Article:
[editorial note: Moved some discussion notes down to the Policy Configuration section as they fit under it more cleanly.]

It was agreed that front-end tools for policy could be included in the "upstream" selinux. system-config-selinux needs to be cleaned up and converted over to executing helper programs rather than directly using python bindings to ensure that the security relevant functionality runs in its own domain. Management of local policy modules should be integrated into such tools to help users with preserving the results of prior modules. Integration with Madison/SEPolgen is planned.

Policy Configuration

This topic began with discussion of the hierarchical apache policy RFC was discussed. The hierarchical type system provides a way for a higher level administrator to define a broad container type with a maximal set of permissions to the rest of the system that he is willing to delegate to a subordinate administrator, and then allow the subordinate administrator to subdivide that container type into any number of specific types, and the hierarchical apache policy is a rewrite of the apache policy with no functional changes that provides such a decomposition. Applications of the approach could include delegation to application administrators, representation of a meta-policy for a virtualized platform with multiple policies being enforced by the hypervisor and individual guest OSes, enabling users to craft more limited policies for user cgis bounded by the general cgi policy, etc.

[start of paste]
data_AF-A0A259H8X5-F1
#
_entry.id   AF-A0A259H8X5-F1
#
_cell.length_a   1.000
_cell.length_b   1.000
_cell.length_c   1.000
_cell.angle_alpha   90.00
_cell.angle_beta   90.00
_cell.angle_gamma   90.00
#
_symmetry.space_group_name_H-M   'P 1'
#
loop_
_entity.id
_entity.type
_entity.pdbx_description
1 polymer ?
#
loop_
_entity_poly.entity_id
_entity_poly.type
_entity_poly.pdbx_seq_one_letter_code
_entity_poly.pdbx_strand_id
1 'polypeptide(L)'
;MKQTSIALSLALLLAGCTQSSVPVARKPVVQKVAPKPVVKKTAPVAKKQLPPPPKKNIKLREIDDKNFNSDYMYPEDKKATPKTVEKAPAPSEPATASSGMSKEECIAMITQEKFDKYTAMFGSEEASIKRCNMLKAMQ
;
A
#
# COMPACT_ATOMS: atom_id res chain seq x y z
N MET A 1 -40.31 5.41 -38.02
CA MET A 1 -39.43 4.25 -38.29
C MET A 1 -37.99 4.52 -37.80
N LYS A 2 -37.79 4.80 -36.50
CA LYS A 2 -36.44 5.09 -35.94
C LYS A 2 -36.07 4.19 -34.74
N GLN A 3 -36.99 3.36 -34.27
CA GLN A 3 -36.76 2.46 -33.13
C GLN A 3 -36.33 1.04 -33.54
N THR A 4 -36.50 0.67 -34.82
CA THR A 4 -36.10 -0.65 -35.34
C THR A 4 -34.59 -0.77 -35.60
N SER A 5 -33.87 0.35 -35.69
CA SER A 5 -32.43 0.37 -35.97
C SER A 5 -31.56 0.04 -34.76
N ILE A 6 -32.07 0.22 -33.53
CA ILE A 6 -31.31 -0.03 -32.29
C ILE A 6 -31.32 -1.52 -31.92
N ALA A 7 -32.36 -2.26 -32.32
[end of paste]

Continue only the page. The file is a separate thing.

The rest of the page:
Several concerns about the practical applicability of the hierarchical type scheme were raised, such as whether the abstract container types would effectively grow to effectively being unconfined, whether policy writers can effectively predefine the right set of container types for end administrators, and whether end administrators can make effective use of such a mechanism. Karl argued that real administrators would either require subordinates to pass policy changes through them for review and committing or only use very coarse-grained delegation (e.g. at the machine/VM level). He also expressed concern that the meta-policy will quickly grow to being as complex as normal policy if we go beyond very coarse-grained container types, reducing management of meta-policy to the same level as regular policy.